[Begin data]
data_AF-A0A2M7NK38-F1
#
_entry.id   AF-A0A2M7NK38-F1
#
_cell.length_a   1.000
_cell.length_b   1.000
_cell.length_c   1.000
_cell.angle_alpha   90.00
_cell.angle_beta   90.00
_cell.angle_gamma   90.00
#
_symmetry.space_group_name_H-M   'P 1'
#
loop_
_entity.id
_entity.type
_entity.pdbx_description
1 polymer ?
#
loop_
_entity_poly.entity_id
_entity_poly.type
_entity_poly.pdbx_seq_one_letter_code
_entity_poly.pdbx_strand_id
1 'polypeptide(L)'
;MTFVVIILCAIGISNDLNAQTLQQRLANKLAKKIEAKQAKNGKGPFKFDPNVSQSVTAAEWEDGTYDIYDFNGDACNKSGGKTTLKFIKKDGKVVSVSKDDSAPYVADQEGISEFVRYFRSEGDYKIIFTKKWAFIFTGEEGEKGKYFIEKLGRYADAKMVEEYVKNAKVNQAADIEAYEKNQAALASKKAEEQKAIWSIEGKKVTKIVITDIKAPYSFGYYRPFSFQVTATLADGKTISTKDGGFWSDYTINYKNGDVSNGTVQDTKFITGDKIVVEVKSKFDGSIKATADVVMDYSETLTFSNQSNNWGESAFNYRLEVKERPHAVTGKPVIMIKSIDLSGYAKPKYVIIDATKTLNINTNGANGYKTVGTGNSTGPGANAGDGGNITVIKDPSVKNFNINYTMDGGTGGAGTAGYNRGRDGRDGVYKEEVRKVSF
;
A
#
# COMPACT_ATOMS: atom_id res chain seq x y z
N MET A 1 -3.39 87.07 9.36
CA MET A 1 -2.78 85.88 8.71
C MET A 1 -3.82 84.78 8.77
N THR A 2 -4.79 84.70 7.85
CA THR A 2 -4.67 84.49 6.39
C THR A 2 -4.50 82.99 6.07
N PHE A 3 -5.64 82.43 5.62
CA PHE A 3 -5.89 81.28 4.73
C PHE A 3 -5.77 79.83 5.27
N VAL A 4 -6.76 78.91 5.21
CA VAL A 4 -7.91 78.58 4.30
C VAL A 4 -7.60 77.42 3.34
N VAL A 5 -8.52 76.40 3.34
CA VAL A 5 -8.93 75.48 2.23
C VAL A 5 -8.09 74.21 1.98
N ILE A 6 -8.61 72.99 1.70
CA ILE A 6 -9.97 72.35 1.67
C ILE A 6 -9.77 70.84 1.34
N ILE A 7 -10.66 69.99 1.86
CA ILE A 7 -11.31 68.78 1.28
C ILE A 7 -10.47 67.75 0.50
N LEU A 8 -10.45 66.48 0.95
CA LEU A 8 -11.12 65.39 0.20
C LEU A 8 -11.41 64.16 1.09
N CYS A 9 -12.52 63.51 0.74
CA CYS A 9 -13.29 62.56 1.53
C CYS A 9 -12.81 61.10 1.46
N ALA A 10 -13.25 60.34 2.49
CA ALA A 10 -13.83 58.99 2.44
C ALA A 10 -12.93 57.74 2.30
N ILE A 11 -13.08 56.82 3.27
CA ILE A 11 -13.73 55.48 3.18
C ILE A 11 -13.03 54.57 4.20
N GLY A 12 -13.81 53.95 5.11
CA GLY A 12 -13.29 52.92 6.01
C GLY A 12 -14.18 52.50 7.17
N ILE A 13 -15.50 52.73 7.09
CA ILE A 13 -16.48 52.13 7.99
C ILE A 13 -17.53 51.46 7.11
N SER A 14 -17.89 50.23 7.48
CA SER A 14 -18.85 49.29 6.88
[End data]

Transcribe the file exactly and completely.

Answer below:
data_AF-A0A2M7NK38-F1
#
_entry.id   AF-A0A2M7NK38-F1
#
_cell.length_a   1.000
_cell.length_b   1.000
_cell.length_c   1.000
_cell.angle_alpha   90.00
_cell.angle_beta   90.00
_cell.angle_gamma   90.00
#
_symmetry.space_group_name_H-M   'P 1'
#
loop_
_entity.id
_entity.type
_entity.pdbx_description
1 polymer ?
#
loop_
_entity_poly.entity_id
_entity_poly.type
_entity_poly.pdbx_seq_one_letter_code
_entity_poly.pdbx_strand_id
1 'polypeptide(L)'
;MTFVVIILCAIGISNDLNAQTLQQRLANKLAKKIEAKQAKNGKGPFKFDPNVSQSVTAAEWEDGTYDIYDFNGDACNKSGGKTTLKFIKKDGKVVSVSKDDSAPYVADQEGISEFVRYFRSEGDYKIIFTKKWAFIFTGEEGEKGKYFIEKLGRYADAKMVEEYVKNAKVNQAADIEAYEKNQAALASKKAEEQKAIWSIEGKKVTKIVITDIKAPYSFGYYRPFSFQVTATLADGKTISTKDGGFWSDYTINYKNGDVSNGTVQDTKFITGDKIVVEVKSKFDGSIKATADVVMDYSETLTFSNQSNNWGESAFNYRLEVKERPHAVTGKPVIMIKSIDLSGYAKPKYVIIDATKTLNINTNGANGYKTVGTGNSTGPGANAGDGGNITVIKDPSVKNFNINYTMDGGTGGAGTAGYNRGRDGRDGVYKEEVRKVSF
;
A
#
# COMPACT_ATOMS: atom_id res chain seq x y z
N MET A 1 -3.39 87.07 9.36
CA MET A 1 -2.78 85.88 8.71
C MET A 1 -3.82 84.78 8.77
N THR A 2 -4.79 84.70 7.85
CA THR A 2 -4.67 84.49 6.39
C THR A 2 -4.50 82.99 6.07
N PHE A 3 -5.64 82.43 5.62
CA PHE A 3 -5.89 81.28 4.73
C PHE A 3 -5.77 79.83 5.27
N VAL A 4 -6.76 78.91 5.21
CA VAL A 4 -7.91 78.58 4.30
C VAL A 4 -7.60 77.42 3.34
N VAL A 5 -8.52 76.40 3.34
CA VAL A 5 -8.93 75.48 2.23
C VAL A 5 -8.09 74.21 1.98
N ILE A 6 -8.61 72.99 1.70
CA ILE A 6 -9.97 72.35 1.67
C ILE A 6 -9.77 70.84 1.34
N ILE A 7 -10.66 69.99 1.86
CA ILE A 7 -11.31 68.78 1.28
C ILE A 7 -10.47 67.75 0.50
N LEU A 8 -10.45 66.48 0.95
CA LEU A 8 -11.12 65.39 0.20
C LEU A 8 -11.41 64.16 1.09
N CYS A 9 -12.52 63.51 0.74
CA CYS A 9 -13.29 62.56 1.53
C CYS A 9 -12.81 61.10 1.46
N ALA A 10 -13.25 60.34 2.49
CA ALA A 10 -13.83 58.99 2.44
C ALA A 10 -12.93 57.74 2.30
N ILE A 11 -13.08 56.82 3.27
CA ILE A 11 -13.73 55.48 3.18
C ILE A 11 -13.03 54.57 4.20
N GLY A 12 -13.81 53.95 5.11
CA GLY A 12 -13.29 52.92 6.01
C GLY A 12 -14.18 52.50 7.17
N ILE A 13 -15.50 52.73 7.09
CA ILE A 13 -16.48 52.13 7.99
C ILE A 13 -17.53 51.46 7.11
N SER A 14 -17.89 50.23 7.48
CA SER A 14 -18.85 49.29 6.88